There’s bad news on the economic front: Bush’s budget deficit will hit the half-trillion dollar mark next year, which is precisely the opposite of what President Bush has been promising since he first sought the office.
Let’s take a look back at each year’s budget news since 2000, the year before President Bush took office.
The balanced federal budget is a remarkable feat. Remember the projections in the 1980s of $300 billion budget deficits as far as the eye could see? […] [T]he Congressional Budget Office is projecting a cumulative $3.6 trillion surplus over the next decade. The U.S. Treasury estimates it could pay off the national debt by 2013, and it already has started buying back some 30-year government bonds.
[N]o matter who wins the race for the Presidency, the news from the campaign trail on the economic front is relatively heartening.
Both Al Gore and George W. Bush seem committed to the fiscal blueprint that has worked so well over the past decade or so. Both are embracing the virtues of a balanced federal budget, debt reduction, deregulation, freer trade, and immigrants. Bush isn’t a card-carrying supply-sider, despite his $1.3 trillion tax cut proposal.
The White House revised this year’s federal budget deficit estimate upward to $165 billion Friday from an earlier $106 billion projection.
But numbers released Friday by the White House’s Office of Management and Budget project the deficit will begin to shrink next year — an outlook at odds with congressional budget experts, who project the deficit to grow again in fiscal 2003, which begins October 1.
With midterm elections on the horizon, the new numbers reignited the debate over why the government is back in the red after surpluses at the end of the Clinton administration.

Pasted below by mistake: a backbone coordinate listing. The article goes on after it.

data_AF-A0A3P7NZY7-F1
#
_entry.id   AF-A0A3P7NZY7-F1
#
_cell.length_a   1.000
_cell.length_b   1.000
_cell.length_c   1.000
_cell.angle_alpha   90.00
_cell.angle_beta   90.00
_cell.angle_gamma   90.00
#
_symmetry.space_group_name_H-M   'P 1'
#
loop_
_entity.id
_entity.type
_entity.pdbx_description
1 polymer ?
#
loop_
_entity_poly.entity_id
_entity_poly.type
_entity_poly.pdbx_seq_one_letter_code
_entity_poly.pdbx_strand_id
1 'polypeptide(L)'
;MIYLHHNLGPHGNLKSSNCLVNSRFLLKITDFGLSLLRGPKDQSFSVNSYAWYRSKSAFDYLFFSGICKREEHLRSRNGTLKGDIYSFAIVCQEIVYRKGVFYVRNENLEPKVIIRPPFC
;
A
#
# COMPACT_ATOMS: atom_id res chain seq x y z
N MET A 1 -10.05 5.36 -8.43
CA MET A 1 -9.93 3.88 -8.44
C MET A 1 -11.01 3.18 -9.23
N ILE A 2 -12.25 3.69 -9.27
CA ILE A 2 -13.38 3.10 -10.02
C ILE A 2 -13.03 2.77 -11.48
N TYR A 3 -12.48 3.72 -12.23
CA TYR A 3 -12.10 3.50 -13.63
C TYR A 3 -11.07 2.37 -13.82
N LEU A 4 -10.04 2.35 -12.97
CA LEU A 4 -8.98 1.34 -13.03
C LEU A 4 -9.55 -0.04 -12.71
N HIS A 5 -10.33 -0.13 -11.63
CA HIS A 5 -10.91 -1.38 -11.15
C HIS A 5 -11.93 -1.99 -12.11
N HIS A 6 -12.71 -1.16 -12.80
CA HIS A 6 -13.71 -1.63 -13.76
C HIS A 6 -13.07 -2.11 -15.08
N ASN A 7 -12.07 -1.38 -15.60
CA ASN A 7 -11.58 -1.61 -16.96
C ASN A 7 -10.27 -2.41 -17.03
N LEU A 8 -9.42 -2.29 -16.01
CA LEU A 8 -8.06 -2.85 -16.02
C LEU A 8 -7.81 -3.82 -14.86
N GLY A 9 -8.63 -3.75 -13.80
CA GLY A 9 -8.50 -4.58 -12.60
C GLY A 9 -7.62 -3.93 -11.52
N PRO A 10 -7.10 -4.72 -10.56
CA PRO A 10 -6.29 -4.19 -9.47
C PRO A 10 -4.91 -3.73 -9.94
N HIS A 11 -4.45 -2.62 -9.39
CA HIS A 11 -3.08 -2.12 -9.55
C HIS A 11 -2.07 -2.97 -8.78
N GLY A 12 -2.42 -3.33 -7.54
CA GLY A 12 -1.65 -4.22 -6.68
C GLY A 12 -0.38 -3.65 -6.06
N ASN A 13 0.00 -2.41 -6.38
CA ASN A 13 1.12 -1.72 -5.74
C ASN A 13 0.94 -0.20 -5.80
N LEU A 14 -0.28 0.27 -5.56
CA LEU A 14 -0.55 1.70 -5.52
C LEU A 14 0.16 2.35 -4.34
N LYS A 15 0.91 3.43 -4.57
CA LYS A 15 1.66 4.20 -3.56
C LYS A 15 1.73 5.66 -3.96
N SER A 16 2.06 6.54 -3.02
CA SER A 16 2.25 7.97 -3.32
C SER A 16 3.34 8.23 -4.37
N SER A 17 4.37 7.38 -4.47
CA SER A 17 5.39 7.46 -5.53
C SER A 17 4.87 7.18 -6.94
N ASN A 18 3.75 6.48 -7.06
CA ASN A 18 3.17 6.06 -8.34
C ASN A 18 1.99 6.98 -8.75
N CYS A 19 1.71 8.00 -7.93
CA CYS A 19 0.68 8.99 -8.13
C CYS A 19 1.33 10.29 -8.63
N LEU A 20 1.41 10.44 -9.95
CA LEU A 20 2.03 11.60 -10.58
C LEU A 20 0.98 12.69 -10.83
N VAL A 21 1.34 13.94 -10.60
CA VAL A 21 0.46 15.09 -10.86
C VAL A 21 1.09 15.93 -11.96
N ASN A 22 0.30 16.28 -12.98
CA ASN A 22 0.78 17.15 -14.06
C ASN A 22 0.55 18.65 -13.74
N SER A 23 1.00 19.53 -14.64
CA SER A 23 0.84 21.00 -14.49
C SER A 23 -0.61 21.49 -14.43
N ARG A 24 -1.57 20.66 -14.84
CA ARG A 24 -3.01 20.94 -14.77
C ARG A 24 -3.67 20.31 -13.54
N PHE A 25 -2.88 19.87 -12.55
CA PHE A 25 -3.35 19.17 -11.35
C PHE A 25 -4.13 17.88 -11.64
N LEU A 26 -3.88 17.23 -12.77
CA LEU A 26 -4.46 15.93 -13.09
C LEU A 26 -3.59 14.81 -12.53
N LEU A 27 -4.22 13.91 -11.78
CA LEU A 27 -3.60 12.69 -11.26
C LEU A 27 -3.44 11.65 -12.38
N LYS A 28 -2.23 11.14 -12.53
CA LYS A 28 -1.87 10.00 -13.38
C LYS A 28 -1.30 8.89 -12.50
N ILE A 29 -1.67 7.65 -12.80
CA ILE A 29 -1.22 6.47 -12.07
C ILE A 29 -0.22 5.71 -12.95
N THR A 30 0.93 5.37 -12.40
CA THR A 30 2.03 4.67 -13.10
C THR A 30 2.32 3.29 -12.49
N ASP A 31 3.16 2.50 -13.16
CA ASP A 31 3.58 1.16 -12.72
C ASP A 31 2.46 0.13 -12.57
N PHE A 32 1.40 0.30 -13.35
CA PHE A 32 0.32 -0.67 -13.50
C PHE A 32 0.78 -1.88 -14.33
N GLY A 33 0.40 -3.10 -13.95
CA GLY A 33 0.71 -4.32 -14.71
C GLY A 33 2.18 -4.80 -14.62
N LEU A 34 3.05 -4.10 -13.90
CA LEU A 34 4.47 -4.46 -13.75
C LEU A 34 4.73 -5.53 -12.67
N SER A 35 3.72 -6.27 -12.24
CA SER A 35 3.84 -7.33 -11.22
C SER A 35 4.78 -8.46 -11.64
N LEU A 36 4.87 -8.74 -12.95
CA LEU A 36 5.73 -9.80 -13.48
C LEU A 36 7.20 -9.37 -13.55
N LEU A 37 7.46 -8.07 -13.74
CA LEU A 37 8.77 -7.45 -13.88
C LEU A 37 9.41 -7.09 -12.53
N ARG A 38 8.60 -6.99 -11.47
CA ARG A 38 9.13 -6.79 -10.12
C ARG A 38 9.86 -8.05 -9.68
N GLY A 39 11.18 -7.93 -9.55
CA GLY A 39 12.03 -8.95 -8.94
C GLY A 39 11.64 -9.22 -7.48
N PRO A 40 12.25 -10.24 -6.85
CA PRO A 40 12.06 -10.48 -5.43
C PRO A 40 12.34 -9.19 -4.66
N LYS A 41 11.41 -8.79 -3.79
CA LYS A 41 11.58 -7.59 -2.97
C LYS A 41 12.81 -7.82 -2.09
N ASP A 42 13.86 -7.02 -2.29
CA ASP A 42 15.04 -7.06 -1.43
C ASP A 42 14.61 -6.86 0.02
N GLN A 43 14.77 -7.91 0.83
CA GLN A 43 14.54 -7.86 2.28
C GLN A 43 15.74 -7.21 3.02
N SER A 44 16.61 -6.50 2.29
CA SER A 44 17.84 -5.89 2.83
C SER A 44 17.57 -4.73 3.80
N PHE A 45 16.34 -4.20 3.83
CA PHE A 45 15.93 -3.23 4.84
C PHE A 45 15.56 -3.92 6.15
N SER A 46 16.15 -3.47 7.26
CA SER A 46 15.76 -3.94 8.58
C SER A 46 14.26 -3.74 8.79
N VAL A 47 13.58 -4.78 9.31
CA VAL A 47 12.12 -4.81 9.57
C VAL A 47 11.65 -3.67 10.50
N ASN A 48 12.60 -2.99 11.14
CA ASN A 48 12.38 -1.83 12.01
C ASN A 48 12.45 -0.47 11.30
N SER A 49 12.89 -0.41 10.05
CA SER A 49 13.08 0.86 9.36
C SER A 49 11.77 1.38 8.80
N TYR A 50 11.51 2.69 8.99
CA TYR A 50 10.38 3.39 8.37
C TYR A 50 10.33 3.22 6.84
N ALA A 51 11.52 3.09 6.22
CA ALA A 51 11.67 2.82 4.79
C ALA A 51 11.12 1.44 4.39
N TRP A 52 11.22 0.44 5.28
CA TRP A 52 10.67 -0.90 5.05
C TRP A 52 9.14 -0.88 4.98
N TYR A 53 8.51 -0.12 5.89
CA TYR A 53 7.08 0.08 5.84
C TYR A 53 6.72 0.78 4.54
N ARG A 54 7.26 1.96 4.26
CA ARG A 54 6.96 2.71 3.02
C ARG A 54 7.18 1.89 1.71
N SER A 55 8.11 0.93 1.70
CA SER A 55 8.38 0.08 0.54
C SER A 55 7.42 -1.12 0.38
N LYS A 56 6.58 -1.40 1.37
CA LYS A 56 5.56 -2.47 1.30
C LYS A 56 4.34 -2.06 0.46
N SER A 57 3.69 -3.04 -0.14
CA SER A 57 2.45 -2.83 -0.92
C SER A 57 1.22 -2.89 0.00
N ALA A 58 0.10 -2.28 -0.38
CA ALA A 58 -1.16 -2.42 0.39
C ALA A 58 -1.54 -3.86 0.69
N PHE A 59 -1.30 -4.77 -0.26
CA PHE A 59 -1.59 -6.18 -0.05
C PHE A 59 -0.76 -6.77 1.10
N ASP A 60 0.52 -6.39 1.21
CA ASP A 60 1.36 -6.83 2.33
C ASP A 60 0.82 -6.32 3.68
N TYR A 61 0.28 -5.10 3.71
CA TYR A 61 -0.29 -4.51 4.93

Even if the economy rebounds strongly over the next few years, the federal budget deficit could climb for the rest of the decade if Congress adopts proposals strongly supported by President Bush, the Congressional Budget Office said today.
Offering a sharp contrast to recent projections by the White House, which had said the budget deficit would hit $475 billion next year and decline significantly after that, the Congressional report warns that annual deficits could rise rather than fall.
The nonpartisan office said the deficit would be $480 billion next year but could reach a cumulative total of $5.8 trillion by 2013.
Administration officials quickly dismissed the Congressional projections as too speculative to take seriously, noting that long-term budget projections have been notoriously inaccurate.
Last month, the White House Office of Management and Budget projected that the deficit would peak at $475 billion next year and decline to just $62 billion in 2008.
The Congressional Budget Office predicted today that the federal government would face a $477 billion budget deficit this fiscal year and a further cumulative deficit of $1.9 trillion over the next decade.
Treasury Secretary John Snow, in a speech delivered via satellite to a conference in London, repeated the administration’s commitment to cut the deficit in half over the next five years.